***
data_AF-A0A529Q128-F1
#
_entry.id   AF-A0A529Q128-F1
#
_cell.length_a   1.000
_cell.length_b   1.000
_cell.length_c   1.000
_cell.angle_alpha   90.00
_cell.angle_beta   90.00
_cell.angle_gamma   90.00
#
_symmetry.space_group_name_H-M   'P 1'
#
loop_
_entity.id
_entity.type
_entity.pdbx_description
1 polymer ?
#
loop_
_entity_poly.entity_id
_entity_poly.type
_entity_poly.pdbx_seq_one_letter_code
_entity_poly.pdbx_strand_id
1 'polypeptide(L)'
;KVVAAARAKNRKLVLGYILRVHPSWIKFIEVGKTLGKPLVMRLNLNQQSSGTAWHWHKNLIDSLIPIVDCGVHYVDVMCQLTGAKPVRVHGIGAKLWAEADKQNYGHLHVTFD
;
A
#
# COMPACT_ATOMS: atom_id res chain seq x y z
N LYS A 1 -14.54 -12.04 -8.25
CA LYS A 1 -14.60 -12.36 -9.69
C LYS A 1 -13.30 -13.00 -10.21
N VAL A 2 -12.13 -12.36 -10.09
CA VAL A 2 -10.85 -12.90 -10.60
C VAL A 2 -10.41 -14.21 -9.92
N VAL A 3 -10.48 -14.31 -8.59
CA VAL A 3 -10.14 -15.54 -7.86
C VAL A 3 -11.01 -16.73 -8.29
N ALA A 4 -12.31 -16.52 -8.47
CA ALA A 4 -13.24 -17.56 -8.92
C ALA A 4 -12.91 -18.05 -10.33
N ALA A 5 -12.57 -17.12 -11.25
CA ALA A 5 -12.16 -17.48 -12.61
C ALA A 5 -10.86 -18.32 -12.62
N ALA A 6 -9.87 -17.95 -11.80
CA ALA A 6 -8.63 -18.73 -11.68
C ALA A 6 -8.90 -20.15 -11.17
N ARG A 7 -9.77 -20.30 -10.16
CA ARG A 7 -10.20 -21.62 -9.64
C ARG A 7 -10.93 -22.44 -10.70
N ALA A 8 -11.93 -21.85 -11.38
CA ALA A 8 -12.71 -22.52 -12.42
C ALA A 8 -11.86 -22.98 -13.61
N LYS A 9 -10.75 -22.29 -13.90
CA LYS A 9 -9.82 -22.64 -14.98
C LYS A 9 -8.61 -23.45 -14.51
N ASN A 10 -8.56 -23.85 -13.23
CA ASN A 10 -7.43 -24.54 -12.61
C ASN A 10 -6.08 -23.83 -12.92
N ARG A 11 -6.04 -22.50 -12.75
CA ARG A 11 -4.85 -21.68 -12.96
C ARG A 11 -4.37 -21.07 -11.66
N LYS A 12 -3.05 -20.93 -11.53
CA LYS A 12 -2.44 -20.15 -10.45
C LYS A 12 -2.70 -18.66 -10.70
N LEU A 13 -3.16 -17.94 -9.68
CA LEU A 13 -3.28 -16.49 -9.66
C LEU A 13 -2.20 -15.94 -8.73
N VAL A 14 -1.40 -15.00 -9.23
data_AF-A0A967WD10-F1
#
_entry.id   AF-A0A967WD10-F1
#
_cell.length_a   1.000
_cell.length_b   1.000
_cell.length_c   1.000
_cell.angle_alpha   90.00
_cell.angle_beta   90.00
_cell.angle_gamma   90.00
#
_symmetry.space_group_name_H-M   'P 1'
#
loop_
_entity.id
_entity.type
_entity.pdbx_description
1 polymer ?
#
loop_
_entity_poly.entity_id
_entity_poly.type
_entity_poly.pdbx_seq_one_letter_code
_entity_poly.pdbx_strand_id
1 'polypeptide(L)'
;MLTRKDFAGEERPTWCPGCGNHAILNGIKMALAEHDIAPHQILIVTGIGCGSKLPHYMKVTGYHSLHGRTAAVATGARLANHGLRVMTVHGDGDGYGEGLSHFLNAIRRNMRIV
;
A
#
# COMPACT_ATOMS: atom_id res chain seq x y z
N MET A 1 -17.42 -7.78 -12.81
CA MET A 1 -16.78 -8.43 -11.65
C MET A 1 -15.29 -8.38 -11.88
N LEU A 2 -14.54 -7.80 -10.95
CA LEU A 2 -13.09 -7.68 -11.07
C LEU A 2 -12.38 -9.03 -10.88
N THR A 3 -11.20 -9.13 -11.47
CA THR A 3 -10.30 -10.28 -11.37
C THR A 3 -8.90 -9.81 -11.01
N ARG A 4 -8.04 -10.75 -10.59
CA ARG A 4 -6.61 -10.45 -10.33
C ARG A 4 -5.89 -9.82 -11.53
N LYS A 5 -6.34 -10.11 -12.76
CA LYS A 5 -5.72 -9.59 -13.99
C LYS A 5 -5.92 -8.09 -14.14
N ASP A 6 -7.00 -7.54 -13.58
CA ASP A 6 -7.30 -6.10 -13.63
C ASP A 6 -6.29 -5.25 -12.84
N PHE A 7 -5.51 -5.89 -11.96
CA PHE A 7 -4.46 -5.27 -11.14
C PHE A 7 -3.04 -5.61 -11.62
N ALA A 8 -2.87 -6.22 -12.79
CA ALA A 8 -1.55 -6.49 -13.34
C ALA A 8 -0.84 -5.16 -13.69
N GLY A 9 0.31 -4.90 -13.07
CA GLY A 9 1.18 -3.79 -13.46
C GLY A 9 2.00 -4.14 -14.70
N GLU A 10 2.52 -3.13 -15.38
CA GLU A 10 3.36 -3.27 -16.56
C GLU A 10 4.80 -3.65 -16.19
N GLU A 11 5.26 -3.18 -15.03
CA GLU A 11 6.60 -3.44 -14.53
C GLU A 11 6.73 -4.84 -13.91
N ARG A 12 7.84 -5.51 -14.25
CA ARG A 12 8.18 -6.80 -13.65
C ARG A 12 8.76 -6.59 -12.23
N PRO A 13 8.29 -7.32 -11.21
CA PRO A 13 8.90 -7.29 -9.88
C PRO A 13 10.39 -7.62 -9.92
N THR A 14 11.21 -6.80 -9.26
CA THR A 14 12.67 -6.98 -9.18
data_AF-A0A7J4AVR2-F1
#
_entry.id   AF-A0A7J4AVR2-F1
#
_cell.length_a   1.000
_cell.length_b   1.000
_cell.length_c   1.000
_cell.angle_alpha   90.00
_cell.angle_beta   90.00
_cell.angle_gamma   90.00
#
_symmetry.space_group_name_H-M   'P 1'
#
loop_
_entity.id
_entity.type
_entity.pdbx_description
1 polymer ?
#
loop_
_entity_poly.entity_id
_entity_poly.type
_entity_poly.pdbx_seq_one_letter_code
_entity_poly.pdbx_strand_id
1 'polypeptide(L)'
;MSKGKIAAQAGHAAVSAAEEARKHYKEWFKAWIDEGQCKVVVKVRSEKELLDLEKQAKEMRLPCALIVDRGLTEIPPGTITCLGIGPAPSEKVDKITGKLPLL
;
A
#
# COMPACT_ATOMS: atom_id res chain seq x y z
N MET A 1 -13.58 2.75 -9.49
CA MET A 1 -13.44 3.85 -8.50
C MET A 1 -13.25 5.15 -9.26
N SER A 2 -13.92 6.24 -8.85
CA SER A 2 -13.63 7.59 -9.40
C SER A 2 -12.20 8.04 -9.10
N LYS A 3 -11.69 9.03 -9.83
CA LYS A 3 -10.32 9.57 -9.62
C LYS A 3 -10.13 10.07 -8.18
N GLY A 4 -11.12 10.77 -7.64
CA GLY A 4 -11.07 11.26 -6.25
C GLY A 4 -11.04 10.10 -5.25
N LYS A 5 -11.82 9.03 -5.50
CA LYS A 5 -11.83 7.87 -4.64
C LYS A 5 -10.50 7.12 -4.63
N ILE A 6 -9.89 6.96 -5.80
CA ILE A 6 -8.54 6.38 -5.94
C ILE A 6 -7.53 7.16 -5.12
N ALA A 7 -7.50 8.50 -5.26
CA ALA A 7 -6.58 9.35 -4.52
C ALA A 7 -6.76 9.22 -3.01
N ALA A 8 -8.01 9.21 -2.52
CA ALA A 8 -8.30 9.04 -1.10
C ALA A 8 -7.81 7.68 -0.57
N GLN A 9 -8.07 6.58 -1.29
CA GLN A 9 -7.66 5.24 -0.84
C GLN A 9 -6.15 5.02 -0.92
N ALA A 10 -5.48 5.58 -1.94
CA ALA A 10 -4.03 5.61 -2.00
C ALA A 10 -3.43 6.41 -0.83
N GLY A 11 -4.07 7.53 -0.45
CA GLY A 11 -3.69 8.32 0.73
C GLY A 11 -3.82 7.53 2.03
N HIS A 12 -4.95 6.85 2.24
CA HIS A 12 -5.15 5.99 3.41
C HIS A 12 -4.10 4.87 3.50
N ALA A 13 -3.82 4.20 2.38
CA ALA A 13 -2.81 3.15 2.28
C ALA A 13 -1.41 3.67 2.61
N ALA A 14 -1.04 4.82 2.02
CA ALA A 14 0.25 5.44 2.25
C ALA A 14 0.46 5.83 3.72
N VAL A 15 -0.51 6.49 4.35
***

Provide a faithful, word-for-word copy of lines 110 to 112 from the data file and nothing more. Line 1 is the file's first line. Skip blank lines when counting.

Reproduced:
N ARG A 4 -8.04 -10.75 -10.59
CA ARG A 4 -6.61 -10.45 -10.33
C ARG A 4 -5.89 -9.82 -11.53